“The bottom line is, nobody used it,” said Greg Caton, assistant city manager. “The ridership wasn’t there.”

Caton said that in its last weekend of operation, only 11 people used the service.

“I know there were more than 11 people out and about drinking that shouldn’t be driving,” Caton said.

Tim Maher, an organizer of the original Buzz Bus that started in the fall of 2000, said ridership was initially high when eight of the bars were footing the bill – $336 apiece – and selling tickets for a few dollars. He said about 3,500 people rode the bus in its first year, but a slumping economy and the monthly expenses led to a decline in payments from bars. The city took over the costs after the first year, but asked bar owners to put a value on the service. When it came time to cut a check for the second year of operation, Maher said only $800 was donated.

“In order for the program to succeed, there has to be a shared arrangement between public and private (sectors),” he said.

The private transportation options are taxis from Durango Transportation or limousine or motor coach rides from Noah’s Ark, the latter of which must be scheduled in advance. Bryan Conner, office assistant and driver at Durango Transportation, which provides 24-hour taxi service, said there is usually a rush around 2 a.m. when bars close. He said the average cost of a ride from Main Ave. to FLC is about $8 per person, which includes a $2 surcharge for rides between 11 p.m. and 5 a.m.

Cynthia Trausch, parking administrator for the city, said another option to avoid drinking and driving is to park a car overnight in the parking lots where it is permitted: the one near Denny’s, and the three on East Second Ave. between Sixth and Eighth streets. However, people are required to remove their vehicles by 7 a.m. the following day, when permit parking resumes, she said. Also, Trausch said that if someone gets a ticket for parking in an area without overnight parking, bringing in a taxi receipt from the night before will get the ticket excused. If ticketed for parking in a metered space, one can try to get the ticket excused by explaining the situation in a protest form. The issuing officer or a judge will decide whether to forgive the offense, she said. “We don’t want you to drive drunk so we will definitely work with those who come in,” she said.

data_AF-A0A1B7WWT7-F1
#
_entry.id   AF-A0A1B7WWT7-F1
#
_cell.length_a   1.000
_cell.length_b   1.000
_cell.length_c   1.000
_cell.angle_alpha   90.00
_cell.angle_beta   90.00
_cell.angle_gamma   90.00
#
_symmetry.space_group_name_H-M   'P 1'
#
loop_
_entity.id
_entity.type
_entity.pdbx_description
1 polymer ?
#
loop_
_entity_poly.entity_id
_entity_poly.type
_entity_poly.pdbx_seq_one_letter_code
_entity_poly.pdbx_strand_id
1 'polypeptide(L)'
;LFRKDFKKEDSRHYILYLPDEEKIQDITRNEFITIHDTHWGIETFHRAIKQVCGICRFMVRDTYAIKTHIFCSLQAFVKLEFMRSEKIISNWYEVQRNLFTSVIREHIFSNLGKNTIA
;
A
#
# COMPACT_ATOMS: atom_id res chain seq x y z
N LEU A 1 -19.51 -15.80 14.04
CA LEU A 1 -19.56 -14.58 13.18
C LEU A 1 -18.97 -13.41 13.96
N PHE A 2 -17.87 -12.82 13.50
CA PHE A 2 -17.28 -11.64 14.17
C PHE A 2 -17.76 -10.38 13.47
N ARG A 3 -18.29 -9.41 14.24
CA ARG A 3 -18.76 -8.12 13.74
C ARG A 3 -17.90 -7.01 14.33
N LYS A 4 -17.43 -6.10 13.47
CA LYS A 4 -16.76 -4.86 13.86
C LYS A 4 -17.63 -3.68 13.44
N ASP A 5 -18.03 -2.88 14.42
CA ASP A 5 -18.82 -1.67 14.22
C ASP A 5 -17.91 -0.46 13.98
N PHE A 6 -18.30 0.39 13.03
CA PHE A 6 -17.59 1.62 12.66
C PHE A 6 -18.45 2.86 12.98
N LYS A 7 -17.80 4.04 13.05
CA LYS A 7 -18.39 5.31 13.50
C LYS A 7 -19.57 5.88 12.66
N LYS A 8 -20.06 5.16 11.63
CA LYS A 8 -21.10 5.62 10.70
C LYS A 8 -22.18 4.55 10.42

However, not many people have taken advantage of this leniency, she said.

“It doesn’t happen very often – maybe they just pay the tickets or don’t know about this,” she said.

Durango resident Shireen Symonds, 34, said new solutions to curb drunken driving must be devised, such as a group of on-call volunteer designated drivers.

“People love to give to the community,” Symonds said.

She also said that she feels drunken driving education in bars is not a viable solution to the problem.

“Going into bars and talking about it isn’t the answer, and taking away the Buzz Bus definitely isn’t the answer,” she said. “I believe it will hurt downtown business. People will be afraid to have one beer.”

Ultimately, people need to stop drinking and driving, said Sgt. Doug Embree, Durango Police DUI coordinator, who lost his brother-in-law to a drunken driving accident in November.

“We’re going to be working this pretty hard – we want to get the drunk drivers off the streets,” he said.

“I take it seriously,” Embree said.

Ben Bachman, owner of the Summit, said he agreed to participate in the educational program but stipulated that he be present when the police visit to make sure his guests are in no way threatened. Nevertheless, he said he felt the program may have merit.

“I don’t know if this is the answer, but it’s a creative approach to the problem,” he said.